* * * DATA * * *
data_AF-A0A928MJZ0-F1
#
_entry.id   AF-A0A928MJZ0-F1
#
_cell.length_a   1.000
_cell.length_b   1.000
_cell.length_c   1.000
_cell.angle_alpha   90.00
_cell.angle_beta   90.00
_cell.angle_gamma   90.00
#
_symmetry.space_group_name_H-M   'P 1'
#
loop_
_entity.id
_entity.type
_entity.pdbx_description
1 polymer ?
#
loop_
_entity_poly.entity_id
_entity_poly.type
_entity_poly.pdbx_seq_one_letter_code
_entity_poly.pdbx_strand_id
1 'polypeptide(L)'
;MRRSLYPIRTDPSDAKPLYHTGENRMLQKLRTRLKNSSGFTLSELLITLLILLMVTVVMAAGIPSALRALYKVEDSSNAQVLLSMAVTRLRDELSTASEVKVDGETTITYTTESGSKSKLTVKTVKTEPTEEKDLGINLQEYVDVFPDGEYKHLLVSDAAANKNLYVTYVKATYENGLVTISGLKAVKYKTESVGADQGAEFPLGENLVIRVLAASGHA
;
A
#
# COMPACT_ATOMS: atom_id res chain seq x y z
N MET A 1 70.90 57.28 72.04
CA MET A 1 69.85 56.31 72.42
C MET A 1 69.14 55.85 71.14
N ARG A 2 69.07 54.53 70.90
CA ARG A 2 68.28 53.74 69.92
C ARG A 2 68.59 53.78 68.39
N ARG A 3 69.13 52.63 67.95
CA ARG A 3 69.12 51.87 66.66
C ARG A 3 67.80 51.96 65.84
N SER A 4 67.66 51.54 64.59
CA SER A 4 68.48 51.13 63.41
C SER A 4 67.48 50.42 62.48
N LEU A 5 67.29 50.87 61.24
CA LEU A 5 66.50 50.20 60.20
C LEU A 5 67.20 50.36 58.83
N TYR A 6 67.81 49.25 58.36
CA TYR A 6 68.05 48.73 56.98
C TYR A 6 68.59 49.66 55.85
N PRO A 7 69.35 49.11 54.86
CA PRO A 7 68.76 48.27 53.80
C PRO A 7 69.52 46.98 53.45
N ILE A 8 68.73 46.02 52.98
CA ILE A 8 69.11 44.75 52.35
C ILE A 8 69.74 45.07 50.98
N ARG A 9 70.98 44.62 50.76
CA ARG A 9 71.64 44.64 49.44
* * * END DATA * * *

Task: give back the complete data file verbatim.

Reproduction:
data_AF-A0A928MJZ0-F1
#
_entry.id   AF-A0A928MJZ0-F1
#
_cell.length_a   1.000
_cell.length_b   1.000
_cell.length_c   1.000
_cell.angle_alpha   90.00
_cell.angle_beta   90.00
_cell.angle_gamma   90.00
#
_symmetry.space_group_name_H-M   'P 1'
#
loop_
_entity.id
_entity.type
_entity.pdbx_description
1 polymer ?
#
loop_
_entity_poly.entity_id
_entity_poly.type
_entity_poly.pdbx_seq_one_letter_code
_entity_poly.pdbx_strand_id
1 'polypeptide(L)'
;MRRSLYPIRTDPSDAKPLYHTGENRMLQKLRTRLKNSSGFTLSELLITLLILLMVTVVMAAGIPSALRALYKVEDSSNAQVLLSMAVTRLRDELSTASEVKVDGETTITYTTESGSKSKLTVKTVKTEPTEEKDLGINLQEYVDVFPDGEYKHLLVSDAAANKNLYVTYVKATYENGLVTISGLKAVKYKTESVGADQGAEFPLGENLVIRVLAASGHA
;
A
#
# COMPACT_ATOMS: atom_id res chain seq x y z
N MET A 1 70.90 57.28 72.04
CA MET A 1 69.85 56.31 72.42
C MET A 1 69.14 55.85 71.14
N ARG A 2 69.07 54.53 70.90
CA ARG A 2 68.28 53.74 69.92
C ARG A 2 68.59 53.78 68.39
N ARG A 3 69.13 52.63 67.95
CA ARG A 3 69.12 51.87 66.66
C ARG A 3 67.80 51.96 65.84
N SER A 4 67.66 51.54 64.59
CA SER A 4 68.48 51.13 63.41
C SER A 4 67.48 50.42 62.48
N LEU A 5 67.29 50.87 61.24
CA LEU A 5 66.50 50.20 60.20
C LEU A 5 67.20 50.36 58.83
N TYR A 6 67.81 49.25 58.36
CA TYR A 6 68.05 48.73 56.98
C TYR A 6 68.59 49.66 55.85
N PRO A 7 69.35 49.11 54.86
CA PRO A 7 68.76 48.27 53.80
C PRO A 7 69.52 46.98 53.45
N ILE A 8 68.73 46.02 52.98
CA ILE A 8 69.11 44.75 52.35
C ILE A 8 69.74 45.07 50.98
N ARG A 9 70.98 44.62 50.76
CA ARG A 9 71.64 44.64 49.44